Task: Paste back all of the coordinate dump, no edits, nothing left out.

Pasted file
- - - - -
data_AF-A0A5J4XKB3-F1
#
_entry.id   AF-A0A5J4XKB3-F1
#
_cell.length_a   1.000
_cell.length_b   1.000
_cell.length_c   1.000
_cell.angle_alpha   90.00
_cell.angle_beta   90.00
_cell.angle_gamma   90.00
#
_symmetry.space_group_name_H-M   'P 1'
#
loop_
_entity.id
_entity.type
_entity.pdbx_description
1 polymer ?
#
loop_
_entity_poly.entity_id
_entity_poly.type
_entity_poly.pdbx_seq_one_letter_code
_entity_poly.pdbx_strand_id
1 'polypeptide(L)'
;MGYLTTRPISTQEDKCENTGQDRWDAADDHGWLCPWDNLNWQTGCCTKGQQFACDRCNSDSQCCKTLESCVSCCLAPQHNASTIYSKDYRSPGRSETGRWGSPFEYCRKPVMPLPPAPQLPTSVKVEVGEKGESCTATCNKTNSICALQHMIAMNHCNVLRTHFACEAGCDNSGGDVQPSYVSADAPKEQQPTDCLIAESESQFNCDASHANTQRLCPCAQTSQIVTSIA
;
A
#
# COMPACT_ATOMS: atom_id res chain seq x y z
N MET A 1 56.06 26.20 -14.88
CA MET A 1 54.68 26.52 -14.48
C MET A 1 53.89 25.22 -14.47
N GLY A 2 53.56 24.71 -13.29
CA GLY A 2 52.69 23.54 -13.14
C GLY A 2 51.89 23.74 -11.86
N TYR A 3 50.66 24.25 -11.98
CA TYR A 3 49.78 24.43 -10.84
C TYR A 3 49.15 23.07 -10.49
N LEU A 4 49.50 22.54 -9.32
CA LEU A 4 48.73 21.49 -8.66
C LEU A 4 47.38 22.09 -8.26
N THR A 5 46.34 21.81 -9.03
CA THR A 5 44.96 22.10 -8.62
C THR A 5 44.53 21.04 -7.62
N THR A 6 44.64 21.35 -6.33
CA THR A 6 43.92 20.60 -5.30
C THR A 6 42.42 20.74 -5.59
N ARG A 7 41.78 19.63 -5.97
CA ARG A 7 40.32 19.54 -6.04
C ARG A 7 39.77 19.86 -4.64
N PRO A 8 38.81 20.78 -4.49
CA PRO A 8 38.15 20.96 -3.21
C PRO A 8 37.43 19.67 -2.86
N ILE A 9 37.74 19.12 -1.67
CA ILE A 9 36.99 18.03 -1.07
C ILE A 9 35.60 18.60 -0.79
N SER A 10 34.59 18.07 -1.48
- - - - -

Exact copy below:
data_AF-A0A5J4XKB3-F1
#
_entry.id   AF-A0A5J4XKB3-F1
#
_cell.length_a   1.000
_cell.length_b   1.000
_cell.length_c   1.000
_cell.angle_alpha   90.00
_cell.angle_beta   90.00
_cell.angle_gamma   90.00
#
_symmetry.space_group_name_H-M   'P 1'
#
loop_
_entity.id
_entity.type
_entity.pdbx_description
1 polymer ?
#
loop_
_entity_poly.entity_id
_entity_poly.type
_entity_poly.pdbx_seq_one_letter_code
_entity_poly.pdbx_strand_id
1 'polypeptide(L)'
;MGYLTTRPISTQEDKCENTGQDRWDAADDHGWLCPWDNLNWQTGCCTKGQQFACDRCNSDSQCCKTLESCVSCCLAPQHNASTIYSKDYRSPGRSETGRWGSPFEYCRKPVMPLPPAPQLPTSVKVEVGEKGESCTATCNKTNSICALQHMIAMNHCNVLRTHFACEAGCDNSGGDVQPSYVSADAPKEQQPTDCLIAESESQFNCDASHANTQRLCPCAQTSQIVTSIA
;
A
#
# COMPACT_ATOMS: atom_id res chain seq x y z
N MET A 1 56.06 26.20 -14.88
CA MET A 1 54.68 26.52 -14.48
C MET A 1 53.89 25.22 -14.47
N GLY A 2 53.56 24.71 -13.29
CA GLY A 2 52.69 23.54 -13.14
C GLY A 2 51.89 23.74 -11.86
N TYR A 3 50.66 24.25 -11.98
CA TYR A 3 49.78 24.43 -10.84
C TYR A 3 49.15 23.07 -10.49
N LEU A 4 49.50 22.54 -9.32
CA LEU A 4 48.73 21.49 -8.66
C LEU A 4 47.38 22.09 -8.26
N THR A 5 46.34 21.81 -9.03
CA THR A 5 44.96 22.10 -8.62
C THR A 5 44.53 21.04 -7.62
N THR A 6 44.64 21.35 -6.33
CA THR A 6 43.92 20.60 -5.30
C THR A 6 42.42 20.74 -5.59
N ARG A 7 41.78 19.63 -5.97
CA ARG A 7 40.32 19.54 -6.04
C ARG A 7 39.77 19.86 -4.64
N PRO A 8 38.81 20.78 -4.49
CA PRO A 8 38.15 20.96 -3.21
C PRO A 8 37.43 19.67 -2.86
N ILE A 9 37.74 19.12 -1.67
CA ILE A 9 36.99 18.03 -1.07
C ILE A 9 35.60 18.60 -0.79
N SER A 10 34.59 18.07 -1.48